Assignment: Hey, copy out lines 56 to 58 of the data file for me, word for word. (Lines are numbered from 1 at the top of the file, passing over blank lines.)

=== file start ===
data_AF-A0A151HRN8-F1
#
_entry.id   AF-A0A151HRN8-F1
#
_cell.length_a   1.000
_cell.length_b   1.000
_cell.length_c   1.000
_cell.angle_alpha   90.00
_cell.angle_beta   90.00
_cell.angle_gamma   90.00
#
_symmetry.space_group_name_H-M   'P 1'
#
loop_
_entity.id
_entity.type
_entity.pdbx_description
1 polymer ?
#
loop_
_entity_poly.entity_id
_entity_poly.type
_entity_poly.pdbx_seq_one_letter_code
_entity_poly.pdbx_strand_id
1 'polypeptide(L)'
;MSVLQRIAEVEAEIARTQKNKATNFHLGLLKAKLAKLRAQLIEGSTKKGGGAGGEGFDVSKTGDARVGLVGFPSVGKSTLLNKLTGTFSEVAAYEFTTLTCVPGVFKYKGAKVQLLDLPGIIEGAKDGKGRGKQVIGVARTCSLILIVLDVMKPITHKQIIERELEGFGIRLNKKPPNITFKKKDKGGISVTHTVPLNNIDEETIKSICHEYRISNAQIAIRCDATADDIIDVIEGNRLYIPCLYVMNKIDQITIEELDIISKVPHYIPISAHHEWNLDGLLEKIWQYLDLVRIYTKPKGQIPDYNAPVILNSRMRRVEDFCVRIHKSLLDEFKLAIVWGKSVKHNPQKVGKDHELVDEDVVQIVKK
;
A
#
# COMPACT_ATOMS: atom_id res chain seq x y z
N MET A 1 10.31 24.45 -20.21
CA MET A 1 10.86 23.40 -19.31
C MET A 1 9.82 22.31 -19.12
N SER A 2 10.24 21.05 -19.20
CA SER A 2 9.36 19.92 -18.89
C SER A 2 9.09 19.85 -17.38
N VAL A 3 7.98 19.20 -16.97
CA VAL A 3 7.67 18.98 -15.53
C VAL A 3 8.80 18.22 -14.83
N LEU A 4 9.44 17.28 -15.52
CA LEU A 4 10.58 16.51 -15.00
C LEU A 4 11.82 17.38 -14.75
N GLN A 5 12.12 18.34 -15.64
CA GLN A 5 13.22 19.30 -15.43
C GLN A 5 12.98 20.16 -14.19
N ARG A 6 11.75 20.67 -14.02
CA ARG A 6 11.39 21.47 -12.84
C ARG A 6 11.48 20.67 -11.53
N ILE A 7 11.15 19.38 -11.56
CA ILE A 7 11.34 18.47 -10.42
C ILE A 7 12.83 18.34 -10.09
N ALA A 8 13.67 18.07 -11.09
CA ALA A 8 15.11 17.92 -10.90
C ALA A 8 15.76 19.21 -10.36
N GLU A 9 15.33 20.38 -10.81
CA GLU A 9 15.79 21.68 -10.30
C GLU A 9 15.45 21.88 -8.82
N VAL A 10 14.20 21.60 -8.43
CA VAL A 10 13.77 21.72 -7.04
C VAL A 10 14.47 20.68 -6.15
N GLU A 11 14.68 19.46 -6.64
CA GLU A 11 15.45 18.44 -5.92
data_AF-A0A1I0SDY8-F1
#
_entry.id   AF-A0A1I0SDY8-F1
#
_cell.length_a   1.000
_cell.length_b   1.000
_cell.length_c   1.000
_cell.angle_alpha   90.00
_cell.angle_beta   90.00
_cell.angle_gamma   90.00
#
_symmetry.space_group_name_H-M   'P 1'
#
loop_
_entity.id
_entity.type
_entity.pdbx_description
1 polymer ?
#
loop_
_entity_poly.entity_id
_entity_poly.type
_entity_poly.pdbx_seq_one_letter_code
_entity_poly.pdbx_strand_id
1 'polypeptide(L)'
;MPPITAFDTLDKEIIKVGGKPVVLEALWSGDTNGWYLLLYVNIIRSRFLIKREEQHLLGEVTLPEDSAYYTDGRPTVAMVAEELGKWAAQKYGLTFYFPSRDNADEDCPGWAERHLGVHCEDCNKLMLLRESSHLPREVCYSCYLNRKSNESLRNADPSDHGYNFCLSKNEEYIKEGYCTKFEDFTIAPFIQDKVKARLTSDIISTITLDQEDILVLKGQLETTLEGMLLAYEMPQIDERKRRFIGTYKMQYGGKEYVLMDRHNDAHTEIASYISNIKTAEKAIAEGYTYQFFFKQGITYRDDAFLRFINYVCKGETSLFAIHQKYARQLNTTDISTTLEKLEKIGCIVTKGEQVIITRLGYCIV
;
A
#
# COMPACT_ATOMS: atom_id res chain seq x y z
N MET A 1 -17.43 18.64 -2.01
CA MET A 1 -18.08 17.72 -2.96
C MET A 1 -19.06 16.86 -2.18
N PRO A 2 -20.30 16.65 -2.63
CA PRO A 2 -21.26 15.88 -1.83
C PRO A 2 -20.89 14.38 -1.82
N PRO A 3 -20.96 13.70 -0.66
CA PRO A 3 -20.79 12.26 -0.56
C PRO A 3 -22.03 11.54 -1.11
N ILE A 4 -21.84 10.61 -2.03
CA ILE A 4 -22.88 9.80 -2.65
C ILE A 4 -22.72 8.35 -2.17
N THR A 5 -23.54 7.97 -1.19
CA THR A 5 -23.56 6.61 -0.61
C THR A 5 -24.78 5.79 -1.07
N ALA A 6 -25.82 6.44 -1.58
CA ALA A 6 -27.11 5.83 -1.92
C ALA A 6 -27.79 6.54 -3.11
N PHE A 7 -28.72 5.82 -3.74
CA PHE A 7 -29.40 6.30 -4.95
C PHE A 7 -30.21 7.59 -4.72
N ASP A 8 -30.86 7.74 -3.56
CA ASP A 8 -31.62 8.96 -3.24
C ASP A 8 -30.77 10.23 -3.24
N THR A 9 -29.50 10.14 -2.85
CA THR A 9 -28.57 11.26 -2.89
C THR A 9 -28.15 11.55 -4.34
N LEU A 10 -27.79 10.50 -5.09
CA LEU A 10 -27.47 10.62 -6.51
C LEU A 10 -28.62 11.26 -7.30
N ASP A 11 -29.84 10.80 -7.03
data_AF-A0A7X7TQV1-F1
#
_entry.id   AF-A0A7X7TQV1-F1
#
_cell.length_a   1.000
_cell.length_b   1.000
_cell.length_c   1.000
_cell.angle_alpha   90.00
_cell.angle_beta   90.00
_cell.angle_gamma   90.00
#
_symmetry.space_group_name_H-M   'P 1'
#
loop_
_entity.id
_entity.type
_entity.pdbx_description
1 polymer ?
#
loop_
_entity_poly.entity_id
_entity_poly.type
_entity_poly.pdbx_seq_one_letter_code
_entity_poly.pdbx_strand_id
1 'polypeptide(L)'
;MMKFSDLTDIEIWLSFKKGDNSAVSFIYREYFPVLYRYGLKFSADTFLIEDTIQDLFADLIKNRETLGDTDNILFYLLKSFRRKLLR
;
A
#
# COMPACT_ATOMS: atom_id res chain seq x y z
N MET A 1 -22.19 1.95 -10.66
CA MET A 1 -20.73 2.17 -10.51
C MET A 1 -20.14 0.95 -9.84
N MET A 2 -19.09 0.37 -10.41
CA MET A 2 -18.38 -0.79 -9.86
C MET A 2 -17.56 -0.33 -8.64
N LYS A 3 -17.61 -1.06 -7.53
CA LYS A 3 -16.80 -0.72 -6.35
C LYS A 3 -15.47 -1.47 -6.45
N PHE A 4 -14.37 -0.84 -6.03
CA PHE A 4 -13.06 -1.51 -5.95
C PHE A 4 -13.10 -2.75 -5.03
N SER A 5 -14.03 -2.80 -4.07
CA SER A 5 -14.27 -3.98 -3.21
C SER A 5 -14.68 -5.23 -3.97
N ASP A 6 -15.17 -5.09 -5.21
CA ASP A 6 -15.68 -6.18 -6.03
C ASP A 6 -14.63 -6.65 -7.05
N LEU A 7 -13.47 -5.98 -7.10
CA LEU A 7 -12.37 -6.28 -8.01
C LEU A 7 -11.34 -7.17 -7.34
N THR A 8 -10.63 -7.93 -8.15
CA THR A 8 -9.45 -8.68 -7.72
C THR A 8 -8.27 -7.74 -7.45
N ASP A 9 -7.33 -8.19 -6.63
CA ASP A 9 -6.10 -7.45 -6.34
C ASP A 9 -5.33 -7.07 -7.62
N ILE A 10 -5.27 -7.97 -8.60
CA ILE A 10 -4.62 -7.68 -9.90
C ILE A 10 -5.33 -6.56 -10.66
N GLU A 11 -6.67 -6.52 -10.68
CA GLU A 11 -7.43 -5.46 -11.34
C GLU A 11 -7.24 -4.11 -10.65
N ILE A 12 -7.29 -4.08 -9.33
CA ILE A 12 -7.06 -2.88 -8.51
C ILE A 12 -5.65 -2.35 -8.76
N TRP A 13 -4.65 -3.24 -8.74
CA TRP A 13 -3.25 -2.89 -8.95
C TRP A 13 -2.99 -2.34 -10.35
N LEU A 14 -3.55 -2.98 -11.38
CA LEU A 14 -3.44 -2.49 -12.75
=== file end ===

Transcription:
CA GLU A 9 15.79 21.68 -10.30
C GLU A 9 15.45 21.88 -8.82
N VAL A 10 14.20 21.60 -8.43